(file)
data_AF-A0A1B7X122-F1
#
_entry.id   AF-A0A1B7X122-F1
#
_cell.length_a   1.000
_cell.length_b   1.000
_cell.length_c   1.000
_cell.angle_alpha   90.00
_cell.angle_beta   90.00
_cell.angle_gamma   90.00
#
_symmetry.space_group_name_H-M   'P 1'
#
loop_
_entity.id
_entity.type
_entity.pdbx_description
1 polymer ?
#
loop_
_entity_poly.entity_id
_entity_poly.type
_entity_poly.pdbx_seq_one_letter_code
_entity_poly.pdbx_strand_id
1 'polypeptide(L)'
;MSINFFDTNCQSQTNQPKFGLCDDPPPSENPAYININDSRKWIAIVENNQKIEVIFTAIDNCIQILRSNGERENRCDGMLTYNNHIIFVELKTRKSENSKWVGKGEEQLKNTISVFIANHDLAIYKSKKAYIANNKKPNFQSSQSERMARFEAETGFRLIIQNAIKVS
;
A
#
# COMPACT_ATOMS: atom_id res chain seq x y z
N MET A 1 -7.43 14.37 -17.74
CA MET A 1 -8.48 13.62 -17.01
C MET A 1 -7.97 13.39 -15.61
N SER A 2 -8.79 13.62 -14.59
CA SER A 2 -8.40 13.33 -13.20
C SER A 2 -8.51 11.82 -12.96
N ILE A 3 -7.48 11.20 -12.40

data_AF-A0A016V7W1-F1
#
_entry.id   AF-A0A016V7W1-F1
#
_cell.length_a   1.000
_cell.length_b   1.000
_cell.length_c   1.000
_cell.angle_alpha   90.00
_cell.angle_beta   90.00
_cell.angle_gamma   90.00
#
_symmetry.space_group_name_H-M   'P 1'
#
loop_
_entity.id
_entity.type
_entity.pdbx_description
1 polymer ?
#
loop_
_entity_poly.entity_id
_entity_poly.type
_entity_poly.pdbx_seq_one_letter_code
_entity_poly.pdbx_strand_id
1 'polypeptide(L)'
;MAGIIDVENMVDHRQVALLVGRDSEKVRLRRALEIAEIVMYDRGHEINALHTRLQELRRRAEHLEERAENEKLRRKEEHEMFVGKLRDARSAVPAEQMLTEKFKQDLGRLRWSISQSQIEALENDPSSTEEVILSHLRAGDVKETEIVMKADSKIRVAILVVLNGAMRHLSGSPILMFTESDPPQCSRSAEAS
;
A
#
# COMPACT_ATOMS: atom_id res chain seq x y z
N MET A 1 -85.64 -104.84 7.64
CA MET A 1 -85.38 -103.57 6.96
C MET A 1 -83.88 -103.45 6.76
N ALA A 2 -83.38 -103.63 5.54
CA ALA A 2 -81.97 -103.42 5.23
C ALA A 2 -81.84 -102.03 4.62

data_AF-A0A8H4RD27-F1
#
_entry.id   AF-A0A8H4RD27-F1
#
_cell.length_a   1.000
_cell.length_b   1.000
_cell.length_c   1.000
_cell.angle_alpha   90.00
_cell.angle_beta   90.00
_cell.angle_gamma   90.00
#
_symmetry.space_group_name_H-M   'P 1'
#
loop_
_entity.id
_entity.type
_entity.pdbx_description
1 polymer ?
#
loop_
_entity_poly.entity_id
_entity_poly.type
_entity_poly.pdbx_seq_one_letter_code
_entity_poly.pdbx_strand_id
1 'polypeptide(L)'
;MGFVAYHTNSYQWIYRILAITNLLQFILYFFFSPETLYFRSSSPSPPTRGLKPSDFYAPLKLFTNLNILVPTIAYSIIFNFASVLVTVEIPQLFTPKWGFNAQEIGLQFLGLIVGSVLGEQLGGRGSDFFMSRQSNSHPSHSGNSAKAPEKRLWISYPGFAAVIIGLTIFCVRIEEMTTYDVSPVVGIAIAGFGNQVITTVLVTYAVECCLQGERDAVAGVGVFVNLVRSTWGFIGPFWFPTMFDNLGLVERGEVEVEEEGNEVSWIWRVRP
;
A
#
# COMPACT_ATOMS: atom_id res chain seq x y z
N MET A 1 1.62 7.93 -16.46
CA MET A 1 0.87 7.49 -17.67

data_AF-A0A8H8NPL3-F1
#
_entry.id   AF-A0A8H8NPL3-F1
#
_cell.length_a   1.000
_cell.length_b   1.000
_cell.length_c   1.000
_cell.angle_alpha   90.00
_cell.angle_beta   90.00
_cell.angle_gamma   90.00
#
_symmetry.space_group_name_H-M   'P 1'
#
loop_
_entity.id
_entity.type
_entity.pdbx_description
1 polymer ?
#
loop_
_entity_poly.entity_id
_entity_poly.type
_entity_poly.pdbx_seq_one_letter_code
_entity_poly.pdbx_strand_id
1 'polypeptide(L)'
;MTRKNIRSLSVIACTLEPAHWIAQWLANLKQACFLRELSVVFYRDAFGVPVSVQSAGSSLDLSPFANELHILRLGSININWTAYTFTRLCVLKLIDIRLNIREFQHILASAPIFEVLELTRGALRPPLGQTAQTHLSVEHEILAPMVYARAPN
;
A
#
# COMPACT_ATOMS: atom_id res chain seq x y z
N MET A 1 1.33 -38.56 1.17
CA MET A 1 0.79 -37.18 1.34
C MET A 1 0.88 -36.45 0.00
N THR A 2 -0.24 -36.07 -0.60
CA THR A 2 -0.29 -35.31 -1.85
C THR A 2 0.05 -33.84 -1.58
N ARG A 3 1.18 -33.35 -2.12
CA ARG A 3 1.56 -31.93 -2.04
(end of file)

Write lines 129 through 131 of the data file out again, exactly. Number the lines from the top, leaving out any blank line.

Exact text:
_entity_poly.pdbx_strand_id
1 'polypeptide(L)'
;MTRKNIRSLSVIACTLEPAHWIAQWLANLKQACFLRELSVVFYRDAFGVPVSVQSAGSSLDLSPFANELHILRLGSININWTAYTFTRLCVLKLIDIRLNIREFQHILASAPIFEVLELTRGALRPPLGQTAQTHLSVEHEILAPMVYARAPN